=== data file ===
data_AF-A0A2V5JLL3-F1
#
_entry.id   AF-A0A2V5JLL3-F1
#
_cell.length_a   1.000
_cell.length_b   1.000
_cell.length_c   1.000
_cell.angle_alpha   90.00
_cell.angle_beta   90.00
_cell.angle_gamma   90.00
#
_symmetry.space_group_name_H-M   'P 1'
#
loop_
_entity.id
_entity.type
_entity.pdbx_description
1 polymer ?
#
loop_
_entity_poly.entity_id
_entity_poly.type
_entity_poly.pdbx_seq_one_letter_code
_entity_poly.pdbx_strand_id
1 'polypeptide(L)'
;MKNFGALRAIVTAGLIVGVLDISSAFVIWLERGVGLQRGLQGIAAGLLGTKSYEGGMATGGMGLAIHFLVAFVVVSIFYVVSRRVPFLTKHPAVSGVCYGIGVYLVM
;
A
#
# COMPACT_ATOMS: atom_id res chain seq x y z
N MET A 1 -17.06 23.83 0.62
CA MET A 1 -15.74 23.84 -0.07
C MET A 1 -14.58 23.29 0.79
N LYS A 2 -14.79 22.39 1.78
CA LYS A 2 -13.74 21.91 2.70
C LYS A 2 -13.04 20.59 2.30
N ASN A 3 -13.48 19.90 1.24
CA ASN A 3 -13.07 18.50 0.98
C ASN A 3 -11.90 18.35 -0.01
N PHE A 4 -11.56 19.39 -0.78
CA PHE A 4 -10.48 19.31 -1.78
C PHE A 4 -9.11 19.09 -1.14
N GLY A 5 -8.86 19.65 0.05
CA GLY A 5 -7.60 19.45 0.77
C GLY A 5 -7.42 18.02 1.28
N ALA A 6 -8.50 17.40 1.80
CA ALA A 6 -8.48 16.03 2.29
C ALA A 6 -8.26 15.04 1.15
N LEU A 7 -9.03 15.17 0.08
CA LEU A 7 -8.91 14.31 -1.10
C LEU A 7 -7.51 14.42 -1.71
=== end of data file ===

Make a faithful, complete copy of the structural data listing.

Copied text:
data_AF-A0A2V5JLL3-F1
#
_entry.id   AF-A0A2V5JLL3-F1
#
_cell.length_a   1.000
_cell.length_b   1.000
_cell.length_c   1.000
_cell.angle_alpha   90.00
_cell.angle_beta   90.00
_cell.angle_gamma   90.00
#
_symmetry.space_group_name_H-M   'P 1'
#
loop_
_entity.id
_entity.type
_entity.pdbx_description
1 polymer ?
#
loop_
_entity_poly.entity_id
_entity_poly.type
_entity_poly.pdbx_seq_one_letter_code
_entity_poly.pdbx_strand_id
1 'polypeptide(L)'
;MKNFGALRAIVTAGLIVGVLDISSAFVIWLERGVGLQRGLQGIAAGLLGTKSYEGGMATGGMGLAIHFLVAFVVVSIFYVVSRRVPFLTKHPAVSGVCYGIGVYLVM
;
A
#
# COMPACT_ATOMS: atom_id res chain seq x y z
N MET A 1 -17.06 23.83 0.62
CA MET A 1 -15.74 23.84 -0.07
C MET A 1 -14.58 23.29 0.79
N LYS A 2 -14.79 22.39 1.78
CA LYS A 2 -13.74 21.91 2.70
C LYS A 2 -13.04 20.59 2.30
N ASN A 3 -13.48 19.90 1.24
CA ASN A 3 -13.07 18.50 0.98
C ASN A 3 -11.90 18.35 -0.01
N PHE A 4 -11.56 19.39 -0.78
CA PHE A 4 -10.48 19.31 -1.78
C PHE A 4 -9.11 19.09 -1.14
N GLY A 5 -8.86 19.65 0.05
CA GLY A 5 -7.60 19.45 0.77
C GLY A 5 -7.42 18.02 1.28
N ALA A 6 -8.50 17.40 1.80
CA ALA A 6 -8.48 16.03 2.29
C ALA A 6 -8.26 15.04 1.15
N LEU A 7 -9.03 15.17 0.08
CA LEU A 7 -8.91 14.31 -1.10
C LEU A 7 -7.51 14.42 -1.71